“I asked him what his idea was, and he pulled out a non-disclosure agreement for me to sign, that’s at 18 years old”

I want to tell you about a conversation I had with a current postgrad student called Emily. Now let me start by being really clear about Emily. She is a very impressive individual indeed. But for all of you studying and trying to think about what you’re going to do next in your lives I think there are some very useful lessons to learn from how Emily goes about her life.

Firstly a bit of history.

Emily was born in San Francisco and in her own words she has “tech in her blood” – she’s always been fascinated by tech and has grown up in the world of high growth start-ups. She tells a great anecdote about starting her undergraduate degree at Stanford and meeting her neighbour in halls, who described himself as an entrepreneur, “I asked him what his idea was, and he pulled out a non-disclosure agreement for me to sign, that’s at 18 years old”.

She’s worked in various tech businesses during her degree including being one of the first employees at Justworks, a disruptive payroll, compliance and benefits company in a “learn as you go, jack of all trades position” that “involved everything from capturing customer narratives to working with the dev team to implement new features.” Through to working as a portfolio analyst for Kiva.org - A microfinance platform, where Emily “helped determine which financial organizations Kiva issued credit to, to fund micro-entrepreneurs throughout the world”.

After Emily graduated from Stanford with a major in contemporary middle-eastern history, she has a minor in Spanish and a concentration in Arabic, she decided to move to London to pursue a masters from LSE. Curious to learn more about the fin-tech ecosystem in London “I started e-mailing people. My dissertation is on ‘the fin-tech in emerging markets’ so I wanted to get people’s perspective on the topic.”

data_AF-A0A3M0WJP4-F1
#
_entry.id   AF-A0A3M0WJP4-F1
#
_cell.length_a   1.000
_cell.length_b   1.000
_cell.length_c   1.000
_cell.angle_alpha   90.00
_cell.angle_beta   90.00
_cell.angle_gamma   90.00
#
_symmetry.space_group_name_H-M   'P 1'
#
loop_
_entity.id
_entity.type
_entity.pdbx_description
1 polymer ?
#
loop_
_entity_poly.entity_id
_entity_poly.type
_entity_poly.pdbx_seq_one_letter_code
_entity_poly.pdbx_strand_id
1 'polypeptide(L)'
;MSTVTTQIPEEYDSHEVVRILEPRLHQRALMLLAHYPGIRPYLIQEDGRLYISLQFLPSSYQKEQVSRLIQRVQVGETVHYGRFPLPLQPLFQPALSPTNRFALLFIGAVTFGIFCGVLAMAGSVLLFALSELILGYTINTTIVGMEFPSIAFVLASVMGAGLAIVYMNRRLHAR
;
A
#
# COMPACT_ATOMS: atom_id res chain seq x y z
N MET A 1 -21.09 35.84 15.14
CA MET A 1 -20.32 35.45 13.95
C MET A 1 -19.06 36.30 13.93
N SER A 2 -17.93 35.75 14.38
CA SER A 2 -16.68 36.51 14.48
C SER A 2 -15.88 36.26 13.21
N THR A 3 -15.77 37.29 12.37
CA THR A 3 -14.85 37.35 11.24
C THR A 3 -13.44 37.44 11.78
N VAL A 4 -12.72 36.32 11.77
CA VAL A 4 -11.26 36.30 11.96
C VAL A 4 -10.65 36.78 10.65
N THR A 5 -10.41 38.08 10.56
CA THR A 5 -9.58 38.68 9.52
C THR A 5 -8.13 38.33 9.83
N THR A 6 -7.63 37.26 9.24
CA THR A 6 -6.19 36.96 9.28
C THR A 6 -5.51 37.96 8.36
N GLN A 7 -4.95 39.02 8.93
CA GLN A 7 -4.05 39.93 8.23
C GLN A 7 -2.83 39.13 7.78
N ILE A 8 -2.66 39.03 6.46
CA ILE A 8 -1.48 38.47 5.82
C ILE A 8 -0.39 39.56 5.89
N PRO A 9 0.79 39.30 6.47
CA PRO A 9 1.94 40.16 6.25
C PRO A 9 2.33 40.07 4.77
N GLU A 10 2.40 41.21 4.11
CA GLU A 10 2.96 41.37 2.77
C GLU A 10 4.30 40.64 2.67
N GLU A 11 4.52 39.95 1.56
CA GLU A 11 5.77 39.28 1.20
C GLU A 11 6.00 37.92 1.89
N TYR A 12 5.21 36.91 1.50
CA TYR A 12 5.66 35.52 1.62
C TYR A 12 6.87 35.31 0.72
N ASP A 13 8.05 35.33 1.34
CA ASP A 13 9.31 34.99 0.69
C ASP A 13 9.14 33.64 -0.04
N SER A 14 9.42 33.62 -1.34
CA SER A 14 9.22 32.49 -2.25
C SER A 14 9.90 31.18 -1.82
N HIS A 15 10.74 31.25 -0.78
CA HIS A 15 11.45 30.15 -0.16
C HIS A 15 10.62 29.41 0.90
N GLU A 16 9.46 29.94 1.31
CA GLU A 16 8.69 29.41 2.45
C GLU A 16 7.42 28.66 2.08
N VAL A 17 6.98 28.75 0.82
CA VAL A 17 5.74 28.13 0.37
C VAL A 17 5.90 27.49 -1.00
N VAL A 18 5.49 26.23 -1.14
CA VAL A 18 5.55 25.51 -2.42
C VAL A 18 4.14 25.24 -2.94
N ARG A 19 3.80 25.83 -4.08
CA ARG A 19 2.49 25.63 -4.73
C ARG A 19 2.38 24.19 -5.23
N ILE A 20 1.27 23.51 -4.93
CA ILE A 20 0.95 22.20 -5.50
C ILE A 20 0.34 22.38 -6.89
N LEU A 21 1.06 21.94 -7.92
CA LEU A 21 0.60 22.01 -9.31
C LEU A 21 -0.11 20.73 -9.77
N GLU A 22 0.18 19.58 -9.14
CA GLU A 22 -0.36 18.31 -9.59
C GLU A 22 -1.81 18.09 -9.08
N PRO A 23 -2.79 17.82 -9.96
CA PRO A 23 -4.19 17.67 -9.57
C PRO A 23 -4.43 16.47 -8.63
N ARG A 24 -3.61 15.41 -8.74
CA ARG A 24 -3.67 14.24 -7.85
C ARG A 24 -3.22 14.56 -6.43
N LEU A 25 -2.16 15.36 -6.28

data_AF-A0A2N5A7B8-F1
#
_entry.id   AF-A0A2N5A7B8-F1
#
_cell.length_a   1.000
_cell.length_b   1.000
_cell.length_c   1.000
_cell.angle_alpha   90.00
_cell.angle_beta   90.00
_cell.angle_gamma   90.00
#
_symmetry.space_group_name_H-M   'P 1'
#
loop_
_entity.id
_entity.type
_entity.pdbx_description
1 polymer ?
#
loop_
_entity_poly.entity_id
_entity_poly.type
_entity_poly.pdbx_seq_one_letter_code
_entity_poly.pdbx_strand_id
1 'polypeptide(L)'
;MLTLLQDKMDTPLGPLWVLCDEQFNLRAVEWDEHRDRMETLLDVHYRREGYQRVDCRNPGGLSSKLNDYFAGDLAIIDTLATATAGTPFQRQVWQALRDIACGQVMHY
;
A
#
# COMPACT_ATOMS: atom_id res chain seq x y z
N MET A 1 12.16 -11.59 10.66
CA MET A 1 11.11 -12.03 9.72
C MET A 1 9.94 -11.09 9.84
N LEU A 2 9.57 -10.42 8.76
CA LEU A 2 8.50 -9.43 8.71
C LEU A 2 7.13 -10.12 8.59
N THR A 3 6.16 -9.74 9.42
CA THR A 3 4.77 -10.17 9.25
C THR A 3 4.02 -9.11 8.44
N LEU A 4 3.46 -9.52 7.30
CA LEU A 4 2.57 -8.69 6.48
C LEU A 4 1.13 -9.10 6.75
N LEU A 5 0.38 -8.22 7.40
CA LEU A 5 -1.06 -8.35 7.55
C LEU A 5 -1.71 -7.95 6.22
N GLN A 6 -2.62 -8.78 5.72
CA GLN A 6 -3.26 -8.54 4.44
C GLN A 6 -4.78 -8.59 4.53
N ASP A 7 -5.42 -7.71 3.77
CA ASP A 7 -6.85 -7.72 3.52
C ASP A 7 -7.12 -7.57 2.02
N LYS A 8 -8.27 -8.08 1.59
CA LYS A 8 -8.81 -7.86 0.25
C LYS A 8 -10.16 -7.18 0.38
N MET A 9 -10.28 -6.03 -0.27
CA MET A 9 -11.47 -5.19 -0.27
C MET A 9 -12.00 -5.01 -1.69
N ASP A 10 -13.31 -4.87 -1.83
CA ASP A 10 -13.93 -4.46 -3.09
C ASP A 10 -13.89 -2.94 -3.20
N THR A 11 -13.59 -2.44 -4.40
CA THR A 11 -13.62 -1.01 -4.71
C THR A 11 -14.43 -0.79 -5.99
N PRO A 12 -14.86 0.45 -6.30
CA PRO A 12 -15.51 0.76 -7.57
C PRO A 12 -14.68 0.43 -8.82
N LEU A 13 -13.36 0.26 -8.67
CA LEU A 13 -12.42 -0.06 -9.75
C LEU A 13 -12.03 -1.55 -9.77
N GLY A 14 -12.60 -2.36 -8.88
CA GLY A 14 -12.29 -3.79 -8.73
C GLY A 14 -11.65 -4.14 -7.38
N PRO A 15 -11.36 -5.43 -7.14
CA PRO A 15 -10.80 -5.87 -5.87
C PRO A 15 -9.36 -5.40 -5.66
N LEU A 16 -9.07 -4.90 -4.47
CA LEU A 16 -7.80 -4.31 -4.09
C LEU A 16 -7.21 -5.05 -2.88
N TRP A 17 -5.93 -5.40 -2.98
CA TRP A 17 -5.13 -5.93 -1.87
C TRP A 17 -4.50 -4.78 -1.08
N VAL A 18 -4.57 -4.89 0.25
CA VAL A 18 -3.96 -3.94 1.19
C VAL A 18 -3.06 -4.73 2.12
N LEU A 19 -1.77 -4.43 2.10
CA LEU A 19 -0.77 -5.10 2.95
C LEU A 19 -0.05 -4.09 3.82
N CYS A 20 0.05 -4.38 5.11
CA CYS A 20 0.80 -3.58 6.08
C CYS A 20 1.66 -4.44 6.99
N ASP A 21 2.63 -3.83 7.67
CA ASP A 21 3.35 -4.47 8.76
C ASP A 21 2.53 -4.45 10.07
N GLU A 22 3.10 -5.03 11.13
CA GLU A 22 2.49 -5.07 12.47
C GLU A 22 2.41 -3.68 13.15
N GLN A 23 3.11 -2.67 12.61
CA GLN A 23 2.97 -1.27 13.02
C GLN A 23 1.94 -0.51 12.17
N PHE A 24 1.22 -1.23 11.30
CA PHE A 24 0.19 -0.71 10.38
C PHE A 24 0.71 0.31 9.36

“I met with a range of people – start-up founders, academics, venture capitalists, etc.. Eventually I ran into Dan Cobley’s profile and a week later I was working for SalaryFinance.” Now I should quickly explain that SalaryFinance are part of the same portfolio of businesses as Arch Graduates – hence the introduction!

Emily works Thursdays and Fridays at SalaryFinance and spends the rest of her week at LSE working on her masters.

What advice would you give a graduate leaving university now? Any top tips? Emily said “I forgot who said it, but I think the phrase ‘planned serendipity’ rings true.  So, if a few key areas are of interest to me, I will seek out people in those fields to learn more and hear their perspectives. Ha, while I’m sure it can come off as creepy, I will blind call people or message them on Linkedin to ask them for coffee and advice. I’d never have met Dan if I didn’t ask him for his perspective on my dissertation, and then I wouldn’t be working here now.”

Emily and I kept talking and she kept being one of the most impressive young people I’ve ever met, but on reflection that’s a really easy thing to say.

What is it specifically? Is it the degree from Stanford? Sure, very impressive, but that certainly wasn’t it, was it the fact that she worked in every spare hour she has to get experience? Yes, definitely, but that wasn’t really it. There is something about her that left you feeling “Well she’s going to be a huge success no matter what.” I’ll tell you what it is. It’s her attitude. It’s that thing we keep coming back to, confidence. It’s the motivation, the enthusiasm and the “I thought this might be interesting – SO I WENT AND DID IT” thing that really stands out.

I guess that’s bravery or, at the least it’s an absence of fear or social insecurity – in Emily’s case I would say it is definitely courage.

The bit of the chat we had that really stood out was the bit about messaging people on Linkedin asking for advice. That is the difference between ‘very good’ and ‘excellent’ – when Emily decides to look for her first full time role out of University she’ll be in interviews and they’ll ask her “how did you end up working for SalaryFinance” to which she’ll reply “when I got to the UK I wanted to learn about fin-tech start-ups, so I e-mailed a lot of founders and CEOs of them asking for their time and advice. One of them offered me a part time marketing role to do while I was studying”. The people interviewing her will write the word “Excellent” down on her CV at this point.

What do you think is standing between you being ‘very good’ and ‘excellent’? Could it be fixed by simply asking some people for advice? Being brave and getting in touch with some “it would be amazing if I could meet” people? You never know where it might lead.